Sunday, January 03, 2021

2021 Annual Letter: Experiencing Time Freedom

Enjoying my Father's Day gift

For many years, I've set and shared annual goals. I enjoy them, but also feel it's time to evolve for four reasons:

  1. I like the idea of finding problems to solve.
  2. Studies show that a year is too long and tends to let us set goals too low. Instead, we should focus on 12-week increments.
  3. I've started reading annual letters from CEOs I look up to and really like the format.
  4. I hit my big goal, which often drove my annual goals.

So, with that, here's my first annual letter, which will look back on 2020 and forward to 2021. There will still be goals, but they'll be framed as problems to solve, not SMARTER goals.

I started the year by saying goodbye to HP and setting a 2020 goal to relax. I primarily focused on three areas:

  1. Managing our rentals and filling our recently acquired storage facility.
  2. Building Majordomo
  3. Spending time with family

Let's get into it!

2020: Financial Freedom = Time Freedom

Leaving HP after 12 years was a radical change for our family. For one, I lost all track of time ("What day is it?") for three months, and now set my own schedule. It also meant I worked a lot fewer nights and weekends.

My schedule is a big deal for me. I run my life by my calendar. If it's not on the calendar, it doesn't exist. I could get all philosophical and say, "time is our most precious resource and therefore should be carefully managed." But I'm not. I merely like order and completeness - with everything! - which includes my calendar (and laundry, dishes, cars, files, table settings, music, passwords, spreadsheets, etc.).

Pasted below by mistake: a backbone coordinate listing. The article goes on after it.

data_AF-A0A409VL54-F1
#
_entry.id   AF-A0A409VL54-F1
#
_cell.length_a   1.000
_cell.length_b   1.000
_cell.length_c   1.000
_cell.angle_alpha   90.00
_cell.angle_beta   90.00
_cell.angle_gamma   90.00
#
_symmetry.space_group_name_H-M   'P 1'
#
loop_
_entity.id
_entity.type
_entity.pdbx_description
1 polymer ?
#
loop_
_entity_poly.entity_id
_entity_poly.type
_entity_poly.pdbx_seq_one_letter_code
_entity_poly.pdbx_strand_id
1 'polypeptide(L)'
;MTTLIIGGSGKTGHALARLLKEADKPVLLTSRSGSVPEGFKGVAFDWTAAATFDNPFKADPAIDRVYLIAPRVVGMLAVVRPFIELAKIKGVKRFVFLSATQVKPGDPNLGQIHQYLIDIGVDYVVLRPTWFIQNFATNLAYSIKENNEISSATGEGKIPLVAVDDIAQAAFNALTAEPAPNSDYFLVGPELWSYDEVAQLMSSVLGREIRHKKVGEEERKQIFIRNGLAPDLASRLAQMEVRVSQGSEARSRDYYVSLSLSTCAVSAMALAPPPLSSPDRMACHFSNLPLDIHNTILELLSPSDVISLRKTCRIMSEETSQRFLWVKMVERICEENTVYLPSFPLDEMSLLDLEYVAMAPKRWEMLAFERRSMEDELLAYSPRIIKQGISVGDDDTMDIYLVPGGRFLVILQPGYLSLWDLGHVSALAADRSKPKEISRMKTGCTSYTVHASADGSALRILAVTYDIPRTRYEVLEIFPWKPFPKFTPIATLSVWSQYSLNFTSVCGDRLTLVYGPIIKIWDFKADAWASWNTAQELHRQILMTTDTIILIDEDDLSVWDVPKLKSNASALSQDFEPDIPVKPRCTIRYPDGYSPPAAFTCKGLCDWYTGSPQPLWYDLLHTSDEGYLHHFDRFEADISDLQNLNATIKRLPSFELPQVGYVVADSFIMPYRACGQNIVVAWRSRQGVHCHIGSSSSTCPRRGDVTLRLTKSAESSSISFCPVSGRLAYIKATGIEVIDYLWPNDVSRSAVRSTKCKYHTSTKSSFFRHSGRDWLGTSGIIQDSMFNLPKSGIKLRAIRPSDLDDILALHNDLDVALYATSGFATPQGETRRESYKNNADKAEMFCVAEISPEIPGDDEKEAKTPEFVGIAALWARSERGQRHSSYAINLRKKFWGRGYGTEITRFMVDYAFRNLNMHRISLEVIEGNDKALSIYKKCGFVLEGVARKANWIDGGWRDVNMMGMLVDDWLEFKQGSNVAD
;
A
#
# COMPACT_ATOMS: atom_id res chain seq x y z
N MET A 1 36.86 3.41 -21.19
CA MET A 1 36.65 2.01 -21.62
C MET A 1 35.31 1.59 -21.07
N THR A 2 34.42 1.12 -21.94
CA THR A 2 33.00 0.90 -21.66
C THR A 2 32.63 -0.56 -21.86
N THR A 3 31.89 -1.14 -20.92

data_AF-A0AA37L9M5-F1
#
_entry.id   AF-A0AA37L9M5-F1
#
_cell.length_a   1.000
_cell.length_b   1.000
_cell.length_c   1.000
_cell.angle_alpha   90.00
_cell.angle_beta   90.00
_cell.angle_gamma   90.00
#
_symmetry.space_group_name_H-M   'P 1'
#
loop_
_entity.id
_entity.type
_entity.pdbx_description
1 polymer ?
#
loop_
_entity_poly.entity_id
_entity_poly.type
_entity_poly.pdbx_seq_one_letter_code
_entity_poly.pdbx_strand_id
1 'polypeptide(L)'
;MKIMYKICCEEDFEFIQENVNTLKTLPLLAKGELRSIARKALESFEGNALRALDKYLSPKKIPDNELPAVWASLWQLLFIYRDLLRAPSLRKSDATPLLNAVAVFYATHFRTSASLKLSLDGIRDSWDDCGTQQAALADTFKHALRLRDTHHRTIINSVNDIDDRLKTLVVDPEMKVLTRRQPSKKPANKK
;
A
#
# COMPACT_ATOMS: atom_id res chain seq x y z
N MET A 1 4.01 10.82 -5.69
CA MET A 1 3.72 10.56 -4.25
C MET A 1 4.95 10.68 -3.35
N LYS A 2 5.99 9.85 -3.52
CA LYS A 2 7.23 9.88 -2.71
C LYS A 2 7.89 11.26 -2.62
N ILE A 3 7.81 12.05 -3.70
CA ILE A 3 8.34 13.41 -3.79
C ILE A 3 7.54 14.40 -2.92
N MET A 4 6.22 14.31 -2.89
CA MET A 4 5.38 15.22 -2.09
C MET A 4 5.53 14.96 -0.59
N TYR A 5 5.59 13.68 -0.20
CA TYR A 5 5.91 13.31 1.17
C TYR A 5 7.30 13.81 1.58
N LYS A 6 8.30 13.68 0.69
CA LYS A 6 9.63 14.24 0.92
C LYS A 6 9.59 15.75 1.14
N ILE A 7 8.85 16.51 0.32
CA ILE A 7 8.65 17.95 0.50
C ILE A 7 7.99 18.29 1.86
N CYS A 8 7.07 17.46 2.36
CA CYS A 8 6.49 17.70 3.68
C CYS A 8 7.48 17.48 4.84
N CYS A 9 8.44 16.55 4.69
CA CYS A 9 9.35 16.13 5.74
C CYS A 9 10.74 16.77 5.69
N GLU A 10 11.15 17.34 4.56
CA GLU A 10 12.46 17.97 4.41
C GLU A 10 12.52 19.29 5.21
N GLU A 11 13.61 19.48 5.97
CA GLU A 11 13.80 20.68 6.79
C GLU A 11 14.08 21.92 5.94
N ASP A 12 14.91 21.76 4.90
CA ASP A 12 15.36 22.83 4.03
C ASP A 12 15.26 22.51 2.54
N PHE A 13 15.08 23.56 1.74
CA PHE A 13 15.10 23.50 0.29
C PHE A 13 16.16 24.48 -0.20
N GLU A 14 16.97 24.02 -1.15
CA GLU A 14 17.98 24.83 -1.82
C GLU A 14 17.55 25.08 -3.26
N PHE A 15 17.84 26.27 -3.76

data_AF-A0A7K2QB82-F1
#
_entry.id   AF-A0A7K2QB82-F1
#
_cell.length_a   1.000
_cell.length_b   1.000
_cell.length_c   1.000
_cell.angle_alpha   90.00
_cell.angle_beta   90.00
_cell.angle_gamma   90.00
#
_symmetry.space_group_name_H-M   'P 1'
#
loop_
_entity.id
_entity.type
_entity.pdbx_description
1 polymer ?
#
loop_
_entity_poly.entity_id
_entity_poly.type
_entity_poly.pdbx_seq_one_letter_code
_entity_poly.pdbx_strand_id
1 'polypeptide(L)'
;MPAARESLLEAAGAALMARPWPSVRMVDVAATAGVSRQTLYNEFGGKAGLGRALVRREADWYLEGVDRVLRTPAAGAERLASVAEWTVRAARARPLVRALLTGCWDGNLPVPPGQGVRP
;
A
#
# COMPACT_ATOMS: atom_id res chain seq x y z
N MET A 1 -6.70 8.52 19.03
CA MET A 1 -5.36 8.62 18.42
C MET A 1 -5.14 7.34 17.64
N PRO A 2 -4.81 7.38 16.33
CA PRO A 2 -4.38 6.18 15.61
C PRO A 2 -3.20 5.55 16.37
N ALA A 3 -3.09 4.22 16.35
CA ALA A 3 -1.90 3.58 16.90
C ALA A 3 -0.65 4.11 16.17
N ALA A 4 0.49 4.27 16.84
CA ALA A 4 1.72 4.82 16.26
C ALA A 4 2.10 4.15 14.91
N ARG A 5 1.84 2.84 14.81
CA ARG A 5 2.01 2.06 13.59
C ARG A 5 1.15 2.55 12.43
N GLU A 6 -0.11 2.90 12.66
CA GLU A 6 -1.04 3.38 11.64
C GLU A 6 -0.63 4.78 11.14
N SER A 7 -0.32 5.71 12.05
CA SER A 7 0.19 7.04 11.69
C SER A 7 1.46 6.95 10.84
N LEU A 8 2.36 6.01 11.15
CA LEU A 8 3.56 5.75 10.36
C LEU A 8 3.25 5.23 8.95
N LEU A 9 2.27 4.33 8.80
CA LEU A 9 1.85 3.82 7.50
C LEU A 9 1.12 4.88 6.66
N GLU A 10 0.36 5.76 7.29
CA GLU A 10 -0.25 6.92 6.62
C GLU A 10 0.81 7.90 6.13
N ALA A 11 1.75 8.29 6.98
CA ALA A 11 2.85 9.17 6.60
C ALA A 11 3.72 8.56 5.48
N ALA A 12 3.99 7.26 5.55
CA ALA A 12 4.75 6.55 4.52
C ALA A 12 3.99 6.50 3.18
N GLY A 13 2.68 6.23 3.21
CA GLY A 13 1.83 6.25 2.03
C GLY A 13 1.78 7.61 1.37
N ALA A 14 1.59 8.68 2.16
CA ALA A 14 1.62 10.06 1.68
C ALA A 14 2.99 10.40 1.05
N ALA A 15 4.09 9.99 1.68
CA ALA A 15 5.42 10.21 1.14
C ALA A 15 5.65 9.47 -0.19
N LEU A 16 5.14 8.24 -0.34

Last year I made two relatively large changes to my schedule.

First, I overestimate how long it'll take to complete a meeting or task. If someone says, let's meet for an hour, I suggest 90 minutes (or at least schedule it that way in my calendar). I used to regularly have 30-minute meetings that went 45 minutes, and it drove me crazy. No more. 

This is important for two reasons: One, I no longer feel rushed and think better. Two, I do less. But here's the thing: it becomes apparent that I'm doing less while setting my schedule. So, instead of deciding what to cut when I run out of time (because something took longer than planned) - where urgent items always win - I now determine what's important ahead of time and schedule it in.

Not only can I make sure I've devoted time to my most important things, but I can also make sure I've scheduled in breaks. And, sometimes, I get surprised by finishing 15 minutes early instead of 15 minutes late.

It's not perfect, and sometimes I do over-schedule myself, but now it's the exception instead of a daily occurrence. Here's an example week:

Blue = me & Furlo Family Homes events

Green = shared Jessi / family events

Orange = Majordomo meetings

Brown = time-blocked tasks (more on this next)

Second (back to the main list of changes I made to my schedule), I incorporated time-blocking into my calendar. Since high school, I've kept simple to-do lists: X needs to happen by Y date. It worked well when everything was required. However, as an adult, most of the items on my to-do list are self-imposed/optional and without a specific due date. Most importantly, my list is long: way more things are on my list than I can possibly accomplish.

And so, the heat-of-the-moment decisions of what to do next often defaulted to the most urgent items, to something easy, or to the task that's top of mind. Leaving a list of incomplete, potentially important/complex tasks undone, and the feeling of being busy, yet unproductive.

So now, ahead of time, I block out time to work on things. And I try to block out more time than I think I need. I do less, but the items are of higher impact.

This was not an easy transition. I struggled with intentionally not doing things. I struggled to identify, and commit to, important things. In March, I really felt the anxiety of leaving so many little things undone. Wasn't I supposed to have copious amounts of time to get it all done?!